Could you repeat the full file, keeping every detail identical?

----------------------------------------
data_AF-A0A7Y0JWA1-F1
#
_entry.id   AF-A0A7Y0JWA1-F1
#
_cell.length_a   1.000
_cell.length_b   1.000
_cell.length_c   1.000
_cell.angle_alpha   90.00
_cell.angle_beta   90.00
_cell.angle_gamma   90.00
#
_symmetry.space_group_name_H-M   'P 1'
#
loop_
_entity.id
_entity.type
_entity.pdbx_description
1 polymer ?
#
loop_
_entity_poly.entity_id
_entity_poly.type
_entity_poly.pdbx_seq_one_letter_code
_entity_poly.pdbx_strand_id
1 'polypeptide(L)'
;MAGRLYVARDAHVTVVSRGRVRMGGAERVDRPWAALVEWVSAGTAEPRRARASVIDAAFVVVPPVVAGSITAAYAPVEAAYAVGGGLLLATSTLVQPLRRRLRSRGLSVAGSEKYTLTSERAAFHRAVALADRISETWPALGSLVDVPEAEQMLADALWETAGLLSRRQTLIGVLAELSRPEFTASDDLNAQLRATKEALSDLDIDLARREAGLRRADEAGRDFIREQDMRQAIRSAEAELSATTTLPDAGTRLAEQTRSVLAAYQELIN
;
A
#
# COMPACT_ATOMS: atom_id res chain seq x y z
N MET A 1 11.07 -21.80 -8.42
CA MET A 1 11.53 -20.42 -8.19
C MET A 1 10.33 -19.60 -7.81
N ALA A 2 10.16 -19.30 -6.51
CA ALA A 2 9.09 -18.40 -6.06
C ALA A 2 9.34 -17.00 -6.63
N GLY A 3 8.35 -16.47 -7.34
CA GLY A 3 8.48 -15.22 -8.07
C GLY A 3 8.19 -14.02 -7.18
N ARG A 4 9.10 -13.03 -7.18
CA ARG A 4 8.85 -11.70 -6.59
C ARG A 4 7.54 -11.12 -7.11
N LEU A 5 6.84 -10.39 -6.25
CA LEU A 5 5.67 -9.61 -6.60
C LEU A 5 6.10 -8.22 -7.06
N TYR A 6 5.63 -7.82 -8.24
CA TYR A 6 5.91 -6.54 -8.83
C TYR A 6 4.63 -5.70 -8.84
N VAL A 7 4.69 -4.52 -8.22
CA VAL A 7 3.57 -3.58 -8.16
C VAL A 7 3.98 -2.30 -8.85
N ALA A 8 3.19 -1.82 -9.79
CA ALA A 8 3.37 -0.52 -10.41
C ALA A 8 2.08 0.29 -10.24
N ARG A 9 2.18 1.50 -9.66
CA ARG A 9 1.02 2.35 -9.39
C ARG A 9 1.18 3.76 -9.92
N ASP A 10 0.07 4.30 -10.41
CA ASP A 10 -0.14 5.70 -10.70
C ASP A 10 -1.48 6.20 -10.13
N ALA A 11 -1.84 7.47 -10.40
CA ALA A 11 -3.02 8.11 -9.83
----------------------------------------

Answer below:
data_AF-A0A7Y0JWA1-F1
#
_entry.id   AF-A0A7Y0JWA1-F1
#
_cell.length_a   1.000
_cell.length_b   1.000
_cell.length_c   1.000
_cell.angle_alpha   90.00
_cell.angle_beta   90.00
_cell.angle_gamma   90.00
#
_symmetry.space_group_name_H-M   'P 1'
#
loop_
_entity.id
_entity.type
_entity.pdbx_description
1 polymer ?
#
loop_
_entity_poly.entity_id
_entity_poly.type
_entity_poly.pdbx_seq_one_letter_code
_entity_poly.pdbx_strand_id
1 'polypeptide(L)'
;MAGRLYVARDAHVTVVSRGRVRMGGAERVDRPWAALVEWVSAGTAEPRRARASVIDAAFVVVPPVVAGSITAAYAPVEAAYAVGGGLLLATSTLVQPLRRRLRSRGLSVAGSEKYTLTSERAAFHRAVALADRISETWPALGSLVDVPEAEQMLADALWETAGLLSRRQTLIGVLAELSRPEFTASDDLNAQLRATKEALSDLDIDLARREAGLRRADEAGRDFIREQDMRQAIRSAEAELSATTTLPDAGTRLAEQTRSVLAAYQELIN
;
A
#
# COMPACT_ATOMS: atom_id res chain seq x y z
N MET A 1 11.07 -21.80 -8.42
CA MET A 1 11.53 -20.42 -8.19
C MET A 1 10.33 -19.60 -7.81
N ALA A 2 10.16 -19.30 -6.51
CA ALA A 2 9.09 -18.40 -6.06
C ALA A 2 9.34 -17.00 -6.63
N GLY A 3 8.35 -16.47 -7.34
CA GLY A 3 8.48 -15.22 -8.07
C GLY A 3 8.19 -14.02 -7.18
N ARG A 4 9.10 -13.03 -7.18
CA ARG A 4 8.85 -11.70 -6.59
C ARG A 4 7.54 -11.12 -7.11
N LEU A 5 6.84 -10.39 -6.25
CA LEU A 5 5.67 -9.61 -6.60
C LEU A 5 6.10 -8.22 -7.06
N TYR A 6 5.63 -7.82 -8.24
CA TYR A 6 5.91 -6.54 -8.83
C TYR A 6 4.63 -5.70 -8.84
N VAL A 7 4.69 -4.52 -8.22
CA VAL A 7 3.57 -3.58 -8.16
C VAL A 7 3.98 -2.30 -8.85
N ALA A 8 3.19 -1.82 -9.79
CA ALA A 8 3.37 -0.52 -10.41
C ALA A 8 2.08 0.29 -10.24
N ARG A 9 2.18 1.50 -9.66
CA ARG A 9 1.02 2.35 -9.39
C ARG A 9 1.18 3.76 -9.92
N ASP A 10 0.07 4.30 -10.41
CA ASP A 10 -0.14 5.70 -10.70
C ASP A 10 -1.48 6.20 -10.13
N ALA A 11 -1.84 7.47 -10.40
CA ALA A 11 -3.02 8.11 -9.83